Date Awarded


Document Type


Degree Name

Doctor of Philosophy (Ph.D.)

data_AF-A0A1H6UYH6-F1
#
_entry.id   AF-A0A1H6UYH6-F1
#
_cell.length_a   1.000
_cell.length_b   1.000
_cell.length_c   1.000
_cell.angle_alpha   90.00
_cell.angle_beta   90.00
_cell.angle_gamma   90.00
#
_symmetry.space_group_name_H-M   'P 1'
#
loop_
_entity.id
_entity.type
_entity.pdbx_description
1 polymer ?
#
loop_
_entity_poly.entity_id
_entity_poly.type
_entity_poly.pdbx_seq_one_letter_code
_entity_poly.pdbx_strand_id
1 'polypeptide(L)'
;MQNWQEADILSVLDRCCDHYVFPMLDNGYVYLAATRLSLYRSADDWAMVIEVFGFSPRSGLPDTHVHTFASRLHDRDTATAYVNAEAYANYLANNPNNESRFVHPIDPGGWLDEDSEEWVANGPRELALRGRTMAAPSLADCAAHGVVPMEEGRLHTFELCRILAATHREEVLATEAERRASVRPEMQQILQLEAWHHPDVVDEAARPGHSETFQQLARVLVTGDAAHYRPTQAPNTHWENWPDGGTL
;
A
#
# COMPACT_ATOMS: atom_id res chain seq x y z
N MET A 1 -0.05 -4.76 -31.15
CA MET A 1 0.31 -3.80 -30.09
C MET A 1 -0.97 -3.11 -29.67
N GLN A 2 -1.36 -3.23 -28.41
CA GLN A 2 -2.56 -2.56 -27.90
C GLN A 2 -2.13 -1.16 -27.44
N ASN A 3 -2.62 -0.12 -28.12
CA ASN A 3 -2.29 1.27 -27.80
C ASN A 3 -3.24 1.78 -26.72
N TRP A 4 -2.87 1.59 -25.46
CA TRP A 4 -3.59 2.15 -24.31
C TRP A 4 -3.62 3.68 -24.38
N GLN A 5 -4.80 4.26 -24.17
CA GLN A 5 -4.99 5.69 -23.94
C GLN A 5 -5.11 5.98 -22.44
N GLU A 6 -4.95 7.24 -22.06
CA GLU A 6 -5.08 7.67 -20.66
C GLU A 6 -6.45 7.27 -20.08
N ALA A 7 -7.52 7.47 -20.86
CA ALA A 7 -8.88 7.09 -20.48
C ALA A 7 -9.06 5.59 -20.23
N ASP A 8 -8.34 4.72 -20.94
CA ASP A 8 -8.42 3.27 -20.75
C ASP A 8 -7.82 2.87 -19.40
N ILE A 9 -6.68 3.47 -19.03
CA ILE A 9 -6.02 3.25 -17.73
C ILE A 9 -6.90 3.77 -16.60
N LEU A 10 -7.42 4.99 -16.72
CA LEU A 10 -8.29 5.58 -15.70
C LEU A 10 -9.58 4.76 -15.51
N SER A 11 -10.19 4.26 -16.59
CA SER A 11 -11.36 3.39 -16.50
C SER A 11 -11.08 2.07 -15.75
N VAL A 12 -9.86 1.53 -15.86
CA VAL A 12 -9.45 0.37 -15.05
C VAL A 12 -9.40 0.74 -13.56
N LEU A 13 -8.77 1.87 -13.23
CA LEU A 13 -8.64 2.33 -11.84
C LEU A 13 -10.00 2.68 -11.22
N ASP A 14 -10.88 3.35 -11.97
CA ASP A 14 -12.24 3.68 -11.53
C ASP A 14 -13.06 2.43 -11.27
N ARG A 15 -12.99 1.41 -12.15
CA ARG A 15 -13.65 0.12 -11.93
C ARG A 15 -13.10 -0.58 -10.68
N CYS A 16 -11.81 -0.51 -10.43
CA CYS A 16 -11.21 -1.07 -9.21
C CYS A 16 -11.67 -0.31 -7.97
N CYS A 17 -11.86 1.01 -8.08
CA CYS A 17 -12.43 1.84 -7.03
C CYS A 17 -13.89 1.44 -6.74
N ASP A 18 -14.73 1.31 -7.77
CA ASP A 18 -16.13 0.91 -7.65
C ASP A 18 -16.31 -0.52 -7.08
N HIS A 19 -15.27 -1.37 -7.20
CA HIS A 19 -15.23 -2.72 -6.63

A quantitative theory of oscillatory spectra for atoms in a magnetic field is developed. When an atom is placed in a magnetic field, and absorption spectrum into states close to the ionization threshold is measured, it is found that the absorption as a function of energy is a superposition of many sinusoidal oscillations. Such interesting and surprising phenomenon are fully explained and described by the theory.;The theory is based on three approximations: (1) Near the atomic nucleus, the diamagnetic field is negligible. (2) Far from the nucleus, the wave propagates semiclassically. (3) Waves returning to the nucleus are similar to (cylindrically-modified) Coulomb-Scattering waves. Using these approximations, together with the simple physical picture of absorption process, formula is derived for the transition rate as a function of final states energy.;The main result is that the transition rate is equal to the sum of two very different kinds of contributions. The first is the averaged transition rate in the absence of the magnetic field, which is a smooth function of energy; the second is itself a sum over many oscillations. Each oscillation is closely associated with a band of wave, initially going out from the nucleus, propagating along a family of trajectories, and finally returning to the vicinity of the nucleus. Because in the center of the family of trajectories is a closed orbit going from the nucleus and returning to the nucleus, we say "a closed orbit makes an oscillatory contribution to the absorption spectrum".;Formulas and algorithms are derived and specified for the calculations of the spectrum from the initial quantum state, dipole polarization, and the properties of the closed classical orbits. Good agreements with experiments were found. Very detailed interpretations are obtained.



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